Peacocks are beautiful, hardy creatures, able to live in all types of climates -- from the extreme heat of India to the fluctuating temperatures of the American northwest. The jewel-toned fowl are will thrive if their basic needs are met, but they have a loud, shrill cry that would disturb those close to you in a neighborhood. It's recommended you have at least an acre of property, entirely fenced. Because they like to roost high at night, you should have trees on your property, unless you don't mind the colorful birds bedding down on your roof.
Provide fresh water at all times for your peacocks. They can drink from a trough if it is low enough, or from large dishes placed directly on the ground.
Feed your peacocks two handfuls of mixed grain per adult bird each day. Feed stores stock grain mixtures formulated for pheasants that is appropriate to feed peacocks. Peacocks do well on game bird crumbles, too, also available at feed stores.
Supplement your peacocks' diet with cabbage or other green vegetable.
Worm your peacocks regularly to keep them healthy. How often this is depends on the type of wormer you use. If you use diatomaceous earth, include it with the peacocks' food daily. Herbal worming products are typically administered monthly; chemical preparations, every six months. Read the medication packaging for proper dosage and frequency.
Keep your peacock flock safe from predators. Tall fencing around your property will help with this task but you can also turn a radio on at night, keeping it near your peacocks to keep predatory animals at bay.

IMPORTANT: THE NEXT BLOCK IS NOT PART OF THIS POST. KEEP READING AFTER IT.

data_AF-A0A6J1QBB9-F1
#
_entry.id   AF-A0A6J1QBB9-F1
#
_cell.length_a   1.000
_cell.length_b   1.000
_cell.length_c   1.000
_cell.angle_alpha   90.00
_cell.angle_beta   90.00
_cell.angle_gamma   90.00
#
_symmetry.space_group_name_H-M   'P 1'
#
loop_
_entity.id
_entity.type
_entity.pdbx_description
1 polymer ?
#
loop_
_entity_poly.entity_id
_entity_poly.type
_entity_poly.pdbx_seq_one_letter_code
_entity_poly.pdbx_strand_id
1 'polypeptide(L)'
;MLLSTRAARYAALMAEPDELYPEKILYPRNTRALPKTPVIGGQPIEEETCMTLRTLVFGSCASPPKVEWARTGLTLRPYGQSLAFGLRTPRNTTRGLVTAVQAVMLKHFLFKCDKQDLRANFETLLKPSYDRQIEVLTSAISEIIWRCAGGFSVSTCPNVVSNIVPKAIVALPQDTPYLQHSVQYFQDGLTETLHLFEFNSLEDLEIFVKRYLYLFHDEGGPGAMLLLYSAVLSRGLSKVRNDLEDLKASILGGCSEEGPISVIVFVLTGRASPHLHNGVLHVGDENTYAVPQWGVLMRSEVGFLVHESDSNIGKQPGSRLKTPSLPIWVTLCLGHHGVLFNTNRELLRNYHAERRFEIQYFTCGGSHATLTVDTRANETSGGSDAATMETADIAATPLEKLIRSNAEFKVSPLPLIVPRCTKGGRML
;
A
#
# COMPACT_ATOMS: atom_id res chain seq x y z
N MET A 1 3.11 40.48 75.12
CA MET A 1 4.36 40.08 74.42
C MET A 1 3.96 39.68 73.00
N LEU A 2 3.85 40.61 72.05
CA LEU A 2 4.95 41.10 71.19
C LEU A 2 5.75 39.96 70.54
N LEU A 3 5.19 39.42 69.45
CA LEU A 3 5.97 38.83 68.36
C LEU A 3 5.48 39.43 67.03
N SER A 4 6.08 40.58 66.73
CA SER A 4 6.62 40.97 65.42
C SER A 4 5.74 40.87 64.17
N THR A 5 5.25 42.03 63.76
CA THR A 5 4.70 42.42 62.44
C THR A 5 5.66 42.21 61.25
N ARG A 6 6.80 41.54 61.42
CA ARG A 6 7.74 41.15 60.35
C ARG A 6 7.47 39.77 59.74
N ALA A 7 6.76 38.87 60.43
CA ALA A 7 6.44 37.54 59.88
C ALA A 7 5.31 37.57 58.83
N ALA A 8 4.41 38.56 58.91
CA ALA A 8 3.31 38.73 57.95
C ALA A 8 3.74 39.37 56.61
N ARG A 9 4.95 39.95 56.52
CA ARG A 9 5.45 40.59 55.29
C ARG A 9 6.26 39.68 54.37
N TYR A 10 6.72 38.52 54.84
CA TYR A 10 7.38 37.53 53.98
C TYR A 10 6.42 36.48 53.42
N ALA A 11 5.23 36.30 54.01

- Peacocks will happily explore your ground and don't tend to stray far. If you want to provide housing for your peacocks, make sure the enclosure is large enough. Peacocks with full tails are almost 5 feet from beak to tail tip and need space enough in a pen or house to fully turn around and move about.
- Peacocks get along with other birds and will do well with chickens.
- The notion of keeping peacocks in your house is a no-brainer. Even if your home is large enough to accommodate one or more of the large, long-tailed birds, they don't house-train well. A peacock kept in the house will leave unpleasant surprises for you wherever he goes in your home.
- Peacocks aren't companion animals, although those raised around humans are quite tame. Socialization of peacocks doesn't require anything more than daily handling and interaction with them from the time of hatching. The more human contact peacocks get, the less fear they'll have. Some tame peacocks trust humans enough to allow themselves to be petted and even eat grain offered from the hand.
Peacock image by Charles Jacques from Fotolia.com
Elle Di Jensen has been a writer and editor since 1990. She began working in the fitness industry in 1987, and her experience includes editing and publishing a workout manual. She has an extended family of pets, including special needs animals. Jensen attended Idaho and Boise State Universities. Her work has appeared in various print and online publications.